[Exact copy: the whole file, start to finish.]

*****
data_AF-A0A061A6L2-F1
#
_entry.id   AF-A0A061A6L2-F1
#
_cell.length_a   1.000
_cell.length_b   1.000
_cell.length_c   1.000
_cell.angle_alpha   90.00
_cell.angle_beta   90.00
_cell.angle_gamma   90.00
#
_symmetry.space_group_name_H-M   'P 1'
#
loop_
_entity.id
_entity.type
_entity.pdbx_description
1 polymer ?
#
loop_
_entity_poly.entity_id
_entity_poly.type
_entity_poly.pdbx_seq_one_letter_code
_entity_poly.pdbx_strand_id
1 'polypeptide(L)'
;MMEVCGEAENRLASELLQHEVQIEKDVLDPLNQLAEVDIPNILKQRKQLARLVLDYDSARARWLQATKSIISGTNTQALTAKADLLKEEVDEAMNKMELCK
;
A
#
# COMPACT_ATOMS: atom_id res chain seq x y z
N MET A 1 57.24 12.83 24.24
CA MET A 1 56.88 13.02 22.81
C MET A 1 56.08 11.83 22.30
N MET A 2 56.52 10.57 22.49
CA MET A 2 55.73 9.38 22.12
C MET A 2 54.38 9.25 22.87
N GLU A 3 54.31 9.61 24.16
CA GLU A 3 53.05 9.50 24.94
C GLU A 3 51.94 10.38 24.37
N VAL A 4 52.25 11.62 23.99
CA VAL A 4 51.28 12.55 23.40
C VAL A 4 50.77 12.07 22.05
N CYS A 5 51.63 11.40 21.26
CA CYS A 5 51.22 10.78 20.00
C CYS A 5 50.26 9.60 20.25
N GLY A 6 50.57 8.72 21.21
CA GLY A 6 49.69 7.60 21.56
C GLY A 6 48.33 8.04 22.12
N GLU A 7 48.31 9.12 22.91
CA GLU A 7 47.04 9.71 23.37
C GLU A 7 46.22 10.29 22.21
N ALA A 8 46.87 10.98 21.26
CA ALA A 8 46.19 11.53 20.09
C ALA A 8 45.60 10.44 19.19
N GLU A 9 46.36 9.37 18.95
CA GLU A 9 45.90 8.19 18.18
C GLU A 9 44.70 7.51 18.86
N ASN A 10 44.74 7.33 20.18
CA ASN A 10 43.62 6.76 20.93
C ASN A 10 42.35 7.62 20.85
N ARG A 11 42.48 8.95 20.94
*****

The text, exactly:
data_AF-A0A061A6L2-F1
#
_entry.id   AF-A0A061A6L2-F1
#
_cell.length_a   1.000
_cell.length_b   1.000
_cell.length_c   1.000
_cell.angle_alpha   90.00
_cell.angle_beta   90.00
_cell.angle_gamma   90.00
#
_symmetry.space_group_name_H-M   'P 1'
#
loop_
_entity.id
_entity.type
_entity.pdbx_description
1 polymer ?
#
loop_
_entity_poly.entity_id
_entity_poly.type
_entity_poly.pdbx_seq_one_letter_code
_entity_poly.pdbx_strand_id
1 'polypeptide(L)'
;MMEVCGEAENRLASELLQHEVQIEKDVLDPLNQLAEVDIPNILKQRKQLARLVLDYDSARARWLQATKSIISGTNTQALTAKADLLKEEVDEAMNKMELCK
;
A
#
# COMPACT_ATOMS: atom_id res chain seq x y z
N MET A 1 57.24 12.83 24.24
CA MET A 1 56.88 13.02 22.81
C MET A 1 56.08 11.83 22.30
N MET A 2 56.52 10.57 22.49
CA MET A 2 55.73 9.38 22.12
C MET A 2 54.38 9.25 22.87
N GLU A 3 54.31 9.61 24.16
CA GLU A 3 53.05 9.50 24.94
C GLU A 3 51.94 10.38 24.37
N VAL A 4 52.25 11.62 23.99
CA VAL A 4 51.28 12.55 23.40
C VAL A 4 50.77 12.07 22.05
N CYS A 5 51.63 11.40 21.26
CA CYS A 5 51.22 10.78 20.00
C CYS A 5 50.26 9.60 20.25
N GLY A 6 50.57 8.72 21.21
CA GLY A 6 49.69 7.60 21.56
C GLY A 6 48.33 8.04 22.12
N GLU A 7 48.31 9.12 22.91
CA GLU A 7 47.04 9.71 23.37
C GLU A 7 46.22 10.29 22.21
N ALA A 8 46.87 10.98 21.26
CA ALA A 8 46.19 11.53 20.09
C ALA A 8 45.60 10.44 19.19
N GLU A 9 46.36 9.37 18.95
CA GLU A 9 45.90 8.19 18.18
C GLU A 9 44.70 7.51 18.86
N ASN A 10 44.74 7.33 20.18
CA ASN A 10 43.62 6.76 20.93
C ASN A 10 42.35 7.62 20.85
N ARG A 11 42.48 8.95 20.94